The ones at the doctor's office are simplistic - a blunt instrument, to say the least - and cause a lot of silly worry, for sure. But they're not pointless.

Lauren Wayne said...

Thank you for this article, Charise!

@Inder-ific: I definitely don't advocate writing them off. Do you find, though, that there's a difference between your doctor going through a checklist to find out if something should be explored further and non-professionals (family, friends, strangers at the grocery store) asking the same questions? As the mother of a developmentally delayed child, is it more or less challenging to hear people ask those simplistic questions? I know as the mother of a child who was developmentally within normal ranges but who didn't do anything early, I found a lot of external pressure to "hurry him up" — walking, talking, etc. And a lot of the questions that are asked are just sigh-inducing — like, "how's your newborn sleeping?" Well, duh, like a baby — not so well. ;)

Inder-ific said...

That's an interesting question. I guess I assume most people are just curious about milestones like crawling and walking - I know I am, and I will ask a friend if their baby is moving around yet. Babies are interesting! I want to know! I don't think of that as a "check-box" thing; I want to know about the baby's personalities and quirks as well! Joe commando-crawled for a long time, other babies butt-scoot, and I find this all FASCINATING. Really! Hee hee.

Most of my friends are well aware of Joe's speech issues, having known us for a while. It was hard at first coming to terms with his delay enough to tell our friends, "He has a speech delay." Now people tend to just ask how it's going with speech therapy or whatever.

Thank goodness no one stops me and says, "Does he have a vocabulary of 200 words, count to ten, and know his colors?" (the checklist for a child his age) because I would probably just break down and cry from all the anxiety and worry!

(Then they'd be sorry, huh?!!)

One thing I have learned: As someone who is very verbal, it's sure a life-lesson to have a child who is not verbal. A reminder that my style of intelligence is certainly not the only kind of intelligence, and that my child is not a "mini-me." It's not an easy lesson, but it's been a good one.

Momma Jorje said...

I love the post! But I think I'm of two minds here. I think that people ask these questions because they remember the milestones from situations in their own lives. It is a way they can relate to you.

And how often do people ask truly open ended questions about any part of your life? I wouldn't expect someone to ask me what I loved most about my baby or what attributes stood out the most to me. So they ask about topics around which they can wrap their heads: physical and speech milestones.

I honestly just appreciate the opportunity to rattly incessantly about my baby! :-) I definitely discuss her personality! They might not have meant to ask me an open ended question, but I tend to give answers to most questions as if they had been open ended. Ha! :-)

British American said...

Yes! I am so fed up of everyone asking "Is he a good baby?" about our third child, who is 4 months old. We've been asked it so much that my 3 year old has started repeating the question to the baby. I hate the good vs bad baby thing. I figure by "good" they mean "Does he sleep all night long?" Which he doesn't. So I end up saying "Yes, he's a good baby - but he could sleep a little longer at night."

Our first was a much more challenging baby, but I much prefer the "high need" label, as you don't really want to label the baby "bad baby".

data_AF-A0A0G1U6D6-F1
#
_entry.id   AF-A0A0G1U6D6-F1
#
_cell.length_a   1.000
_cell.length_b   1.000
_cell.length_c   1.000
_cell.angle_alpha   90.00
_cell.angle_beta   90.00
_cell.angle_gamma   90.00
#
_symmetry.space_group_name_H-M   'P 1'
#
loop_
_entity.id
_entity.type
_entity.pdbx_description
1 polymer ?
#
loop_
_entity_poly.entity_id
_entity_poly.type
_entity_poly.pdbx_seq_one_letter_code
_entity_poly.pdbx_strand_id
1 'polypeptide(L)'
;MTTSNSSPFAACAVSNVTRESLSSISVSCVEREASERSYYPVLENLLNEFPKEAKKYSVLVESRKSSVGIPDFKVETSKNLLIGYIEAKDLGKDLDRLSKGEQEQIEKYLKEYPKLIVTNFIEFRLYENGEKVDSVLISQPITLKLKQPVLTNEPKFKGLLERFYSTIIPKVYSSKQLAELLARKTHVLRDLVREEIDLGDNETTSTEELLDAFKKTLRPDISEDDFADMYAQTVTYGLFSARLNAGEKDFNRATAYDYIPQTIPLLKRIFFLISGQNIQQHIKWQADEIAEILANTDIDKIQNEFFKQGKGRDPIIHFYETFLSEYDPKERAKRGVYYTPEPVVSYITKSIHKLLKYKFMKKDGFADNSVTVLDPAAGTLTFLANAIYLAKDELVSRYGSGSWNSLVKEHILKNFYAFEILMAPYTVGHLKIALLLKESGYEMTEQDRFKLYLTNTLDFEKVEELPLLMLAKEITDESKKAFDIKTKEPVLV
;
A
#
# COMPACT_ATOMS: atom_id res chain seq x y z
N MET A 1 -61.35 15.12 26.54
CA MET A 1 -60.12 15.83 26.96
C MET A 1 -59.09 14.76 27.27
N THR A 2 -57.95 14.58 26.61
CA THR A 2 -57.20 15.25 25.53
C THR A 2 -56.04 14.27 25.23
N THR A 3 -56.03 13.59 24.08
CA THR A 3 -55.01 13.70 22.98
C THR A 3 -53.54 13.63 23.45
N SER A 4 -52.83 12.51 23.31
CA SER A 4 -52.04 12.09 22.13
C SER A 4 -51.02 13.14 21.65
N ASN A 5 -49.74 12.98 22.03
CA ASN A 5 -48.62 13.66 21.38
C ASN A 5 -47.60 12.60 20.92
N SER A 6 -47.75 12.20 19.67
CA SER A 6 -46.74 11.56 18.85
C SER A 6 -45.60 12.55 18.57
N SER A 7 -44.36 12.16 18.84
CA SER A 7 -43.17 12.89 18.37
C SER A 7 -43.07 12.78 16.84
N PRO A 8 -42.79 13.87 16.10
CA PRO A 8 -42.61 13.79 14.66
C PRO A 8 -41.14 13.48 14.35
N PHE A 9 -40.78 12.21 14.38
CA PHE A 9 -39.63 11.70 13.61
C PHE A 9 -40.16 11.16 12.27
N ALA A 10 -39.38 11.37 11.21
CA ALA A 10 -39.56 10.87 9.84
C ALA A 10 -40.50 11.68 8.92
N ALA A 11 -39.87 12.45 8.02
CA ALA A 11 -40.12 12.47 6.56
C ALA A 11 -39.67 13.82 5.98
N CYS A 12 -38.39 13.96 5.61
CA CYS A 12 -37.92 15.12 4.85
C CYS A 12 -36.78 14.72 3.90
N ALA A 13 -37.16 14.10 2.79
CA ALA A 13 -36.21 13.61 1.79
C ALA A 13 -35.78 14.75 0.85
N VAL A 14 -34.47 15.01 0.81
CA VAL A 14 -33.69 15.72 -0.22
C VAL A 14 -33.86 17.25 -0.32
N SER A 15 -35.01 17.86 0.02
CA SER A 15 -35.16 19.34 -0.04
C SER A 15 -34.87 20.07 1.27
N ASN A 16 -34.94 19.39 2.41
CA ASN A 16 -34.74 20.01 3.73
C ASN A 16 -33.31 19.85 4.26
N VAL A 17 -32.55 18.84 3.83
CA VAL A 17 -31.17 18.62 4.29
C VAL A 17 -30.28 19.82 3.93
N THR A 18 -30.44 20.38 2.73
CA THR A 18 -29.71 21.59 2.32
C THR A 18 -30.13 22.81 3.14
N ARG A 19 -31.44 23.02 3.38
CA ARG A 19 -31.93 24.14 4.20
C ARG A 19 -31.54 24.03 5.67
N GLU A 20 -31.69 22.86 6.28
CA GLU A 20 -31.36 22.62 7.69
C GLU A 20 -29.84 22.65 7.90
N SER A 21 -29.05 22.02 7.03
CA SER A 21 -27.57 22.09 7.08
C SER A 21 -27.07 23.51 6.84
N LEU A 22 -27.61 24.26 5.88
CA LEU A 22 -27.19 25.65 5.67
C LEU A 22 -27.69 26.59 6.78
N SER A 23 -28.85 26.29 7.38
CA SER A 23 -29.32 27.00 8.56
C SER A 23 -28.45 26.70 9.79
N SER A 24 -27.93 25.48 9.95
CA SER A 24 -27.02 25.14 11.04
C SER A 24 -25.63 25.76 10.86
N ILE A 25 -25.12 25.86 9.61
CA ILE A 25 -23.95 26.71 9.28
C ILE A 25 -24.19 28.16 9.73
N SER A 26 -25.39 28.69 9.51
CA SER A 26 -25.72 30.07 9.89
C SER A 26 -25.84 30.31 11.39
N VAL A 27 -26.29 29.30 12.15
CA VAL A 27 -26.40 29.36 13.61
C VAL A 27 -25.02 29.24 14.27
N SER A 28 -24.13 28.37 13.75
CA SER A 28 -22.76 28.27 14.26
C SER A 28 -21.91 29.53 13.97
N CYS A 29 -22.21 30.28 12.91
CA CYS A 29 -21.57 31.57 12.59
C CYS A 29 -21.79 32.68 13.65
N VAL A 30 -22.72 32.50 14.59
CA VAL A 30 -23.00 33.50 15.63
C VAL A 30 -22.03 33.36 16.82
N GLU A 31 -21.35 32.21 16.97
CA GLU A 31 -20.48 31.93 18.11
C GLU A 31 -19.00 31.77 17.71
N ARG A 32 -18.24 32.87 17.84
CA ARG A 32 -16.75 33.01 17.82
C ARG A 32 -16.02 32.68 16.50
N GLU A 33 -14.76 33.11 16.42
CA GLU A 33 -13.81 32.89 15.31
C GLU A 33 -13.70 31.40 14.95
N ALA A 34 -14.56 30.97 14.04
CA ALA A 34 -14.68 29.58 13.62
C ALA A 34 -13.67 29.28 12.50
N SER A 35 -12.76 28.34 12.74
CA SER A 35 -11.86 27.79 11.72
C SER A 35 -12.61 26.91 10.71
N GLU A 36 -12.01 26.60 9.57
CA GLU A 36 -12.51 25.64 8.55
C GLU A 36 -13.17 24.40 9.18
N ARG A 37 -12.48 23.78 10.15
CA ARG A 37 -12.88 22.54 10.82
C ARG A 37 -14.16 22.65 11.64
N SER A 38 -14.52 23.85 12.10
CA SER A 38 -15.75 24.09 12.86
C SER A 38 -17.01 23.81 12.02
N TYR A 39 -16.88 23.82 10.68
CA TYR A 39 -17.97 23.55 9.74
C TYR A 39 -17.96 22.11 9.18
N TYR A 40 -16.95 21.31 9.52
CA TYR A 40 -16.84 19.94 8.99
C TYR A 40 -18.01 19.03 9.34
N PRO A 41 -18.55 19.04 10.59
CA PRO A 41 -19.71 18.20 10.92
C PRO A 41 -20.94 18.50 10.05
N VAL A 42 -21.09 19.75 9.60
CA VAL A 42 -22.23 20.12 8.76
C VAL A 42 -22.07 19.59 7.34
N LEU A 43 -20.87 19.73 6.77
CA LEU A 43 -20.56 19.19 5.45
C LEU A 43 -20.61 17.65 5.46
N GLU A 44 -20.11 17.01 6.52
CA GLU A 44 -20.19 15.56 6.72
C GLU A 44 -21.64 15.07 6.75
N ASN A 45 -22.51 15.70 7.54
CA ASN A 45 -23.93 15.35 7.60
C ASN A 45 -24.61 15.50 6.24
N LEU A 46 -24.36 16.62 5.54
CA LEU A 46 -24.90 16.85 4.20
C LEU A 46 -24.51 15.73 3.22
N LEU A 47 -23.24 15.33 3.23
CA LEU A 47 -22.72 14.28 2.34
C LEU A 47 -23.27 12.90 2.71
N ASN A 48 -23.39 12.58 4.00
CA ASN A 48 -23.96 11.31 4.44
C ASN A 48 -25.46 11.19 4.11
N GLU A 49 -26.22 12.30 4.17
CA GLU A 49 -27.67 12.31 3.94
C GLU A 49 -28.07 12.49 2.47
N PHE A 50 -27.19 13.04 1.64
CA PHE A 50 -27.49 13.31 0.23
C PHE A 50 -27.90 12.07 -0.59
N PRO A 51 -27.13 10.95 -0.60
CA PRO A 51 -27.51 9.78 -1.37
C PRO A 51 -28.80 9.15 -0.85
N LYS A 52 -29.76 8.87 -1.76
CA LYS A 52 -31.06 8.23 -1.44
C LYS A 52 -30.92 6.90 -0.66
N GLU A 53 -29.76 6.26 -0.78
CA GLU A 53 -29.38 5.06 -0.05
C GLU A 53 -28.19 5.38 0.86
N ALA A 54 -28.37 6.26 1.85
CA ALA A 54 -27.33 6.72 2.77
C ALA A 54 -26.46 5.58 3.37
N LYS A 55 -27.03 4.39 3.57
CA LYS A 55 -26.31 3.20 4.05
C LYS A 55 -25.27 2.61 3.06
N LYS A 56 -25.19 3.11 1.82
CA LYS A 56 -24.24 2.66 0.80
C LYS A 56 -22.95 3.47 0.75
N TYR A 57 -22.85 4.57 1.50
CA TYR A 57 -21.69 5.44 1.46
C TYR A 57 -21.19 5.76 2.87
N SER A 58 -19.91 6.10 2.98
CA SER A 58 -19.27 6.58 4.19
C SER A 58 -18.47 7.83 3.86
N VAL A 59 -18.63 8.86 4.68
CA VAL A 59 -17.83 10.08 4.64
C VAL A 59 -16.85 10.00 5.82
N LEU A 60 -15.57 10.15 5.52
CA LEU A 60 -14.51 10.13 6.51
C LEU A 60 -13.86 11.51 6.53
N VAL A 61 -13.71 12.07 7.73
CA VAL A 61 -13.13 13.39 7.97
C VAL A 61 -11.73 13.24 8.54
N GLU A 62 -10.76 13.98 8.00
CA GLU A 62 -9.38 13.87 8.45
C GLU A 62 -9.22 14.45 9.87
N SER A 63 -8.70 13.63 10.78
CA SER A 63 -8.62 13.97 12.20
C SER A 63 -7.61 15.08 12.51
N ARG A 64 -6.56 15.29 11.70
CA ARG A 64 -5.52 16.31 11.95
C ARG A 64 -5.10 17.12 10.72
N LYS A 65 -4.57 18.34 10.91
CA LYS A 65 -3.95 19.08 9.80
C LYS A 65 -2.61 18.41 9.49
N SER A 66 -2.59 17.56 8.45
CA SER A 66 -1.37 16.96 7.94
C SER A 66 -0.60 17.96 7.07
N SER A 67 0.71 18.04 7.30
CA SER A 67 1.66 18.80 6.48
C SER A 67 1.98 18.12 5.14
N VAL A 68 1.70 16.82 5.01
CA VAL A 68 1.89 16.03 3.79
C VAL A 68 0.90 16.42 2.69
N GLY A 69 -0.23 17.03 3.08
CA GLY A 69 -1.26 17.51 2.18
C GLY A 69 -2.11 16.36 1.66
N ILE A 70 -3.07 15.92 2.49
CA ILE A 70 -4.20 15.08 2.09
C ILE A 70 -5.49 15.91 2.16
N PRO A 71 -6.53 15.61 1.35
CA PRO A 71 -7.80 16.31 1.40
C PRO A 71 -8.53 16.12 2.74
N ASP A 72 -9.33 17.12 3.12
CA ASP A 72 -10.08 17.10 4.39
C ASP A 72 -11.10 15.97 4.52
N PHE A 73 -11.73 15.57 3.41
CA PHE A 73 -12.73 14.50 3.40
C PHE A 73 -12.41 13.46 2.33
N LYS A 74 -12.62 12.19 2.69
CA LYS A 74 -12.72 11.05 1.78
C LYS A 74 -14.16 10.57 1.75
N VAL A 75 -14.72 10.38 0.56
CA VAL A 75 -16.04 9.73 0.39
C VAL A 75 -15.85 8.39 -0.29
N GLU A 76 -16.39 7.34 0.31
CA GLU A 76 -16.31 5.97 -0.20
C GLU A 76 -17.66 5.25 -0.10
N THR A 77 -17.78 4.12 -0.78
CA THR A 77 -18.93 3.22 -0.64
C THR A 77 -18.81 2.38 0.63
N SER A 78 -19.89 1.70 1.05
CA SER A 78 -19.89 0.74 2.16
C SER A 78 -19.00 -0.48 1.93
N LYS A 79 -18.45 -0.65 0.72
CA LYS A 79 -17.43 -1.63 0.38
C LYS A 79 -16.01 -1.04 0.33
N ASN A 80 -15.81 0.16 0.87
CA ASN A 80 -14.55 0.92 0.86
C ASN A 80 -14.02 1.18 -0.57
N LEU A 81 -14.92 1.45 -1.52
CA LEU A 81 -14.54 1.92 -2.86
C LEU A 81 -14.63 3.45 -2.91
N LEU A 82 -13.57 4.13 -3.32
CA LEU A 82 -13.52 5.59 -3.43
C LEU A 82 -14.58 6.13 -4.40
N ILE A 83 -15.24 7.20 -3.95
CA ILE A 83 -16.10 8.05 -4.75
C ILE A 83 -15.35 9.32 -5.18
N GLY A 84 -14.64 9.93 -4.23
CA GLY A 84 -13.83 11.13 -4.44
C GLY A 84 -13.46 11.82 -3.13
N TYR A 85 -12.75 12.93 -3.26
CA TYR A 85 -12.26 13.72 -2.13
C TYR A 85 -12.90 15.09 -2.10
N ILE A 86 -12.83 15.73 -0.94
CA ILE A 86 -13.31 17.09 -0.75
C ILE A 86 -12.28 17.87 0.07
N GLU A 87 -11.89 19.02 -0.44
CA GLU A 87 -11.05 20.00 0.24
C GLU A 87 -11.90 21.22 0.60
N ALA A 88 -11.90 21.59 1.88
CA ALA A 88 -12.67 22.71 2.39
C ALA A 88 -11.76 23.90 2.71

Inder-ific said...

Wow, that "good baby" thing is awful. I don't think I ever got that question. Thank goodness. I might have been tempted to answer sarcastically, to the great discomfort of all parties involved. :-)

Audra Michelle said...

Amen! I feel like the baby "interview" is more of a report card on mama. The scornful and disapproving looks that come if/when I say that baby doesn't sleep through the night or that he is still nursing at 14 months while I'm pregnant.... well, those looks certainly make me feel like I failed as a mama even though I know I am raising my children in a way that is right for my family.

Mamma M said...

After I had my daughter the "good baby" question really started driving me crazy. I started answering it with a question, "Have you ever met a bad baby?"

I can get that the milestone things are a jumping off point for getting to know your baby- especially maybe for people who don't know babies well. My daughter was walking proudly well before her 1st birthday, and now at 15 months I still have some people surprised she's "already" walking- people forget about babies and what they can or can't do, so I can get the "are they (insert skill) yet?" questions. And my baby is a "bad" sleeper (although as far as I'm concerned she gets as much sleep as she needs, but, maybe not on the schedule I'd prefer), so I have to deal with that.
I'd say it's not a black and white matter at all!

smunkybee said...

Fabulous redefinition of those so-familiar questions. Depending on my mood, I either answered the "is she a good baby?" with "she's amazing!" (good mood) or a sarcastic "well she's pretty good at being a baby but she got fired from her job as an accountant because she was rubbish at that!" She wasn't in the terms people who ask that question mean it a "good" baby at all. She fed little and often, she woke *often* in the night and she needed to be with me, preferably in physical contact *all* the time. And she was fussy about who could hold her and as she got older, she's sensitive and a bit prickly. But she was and is a wonderful, fascinating, complex, loveable, amazing person!

Dr. Laura Markham said...

Charise- Love this reminder, Thank you! I used to answer "Aren't they ALL good babies?" Will share on Twitter and FB. Hugs! - Laura

Gianna said...

Great reminder for a single and working mom. I'm so happy after visiting your site.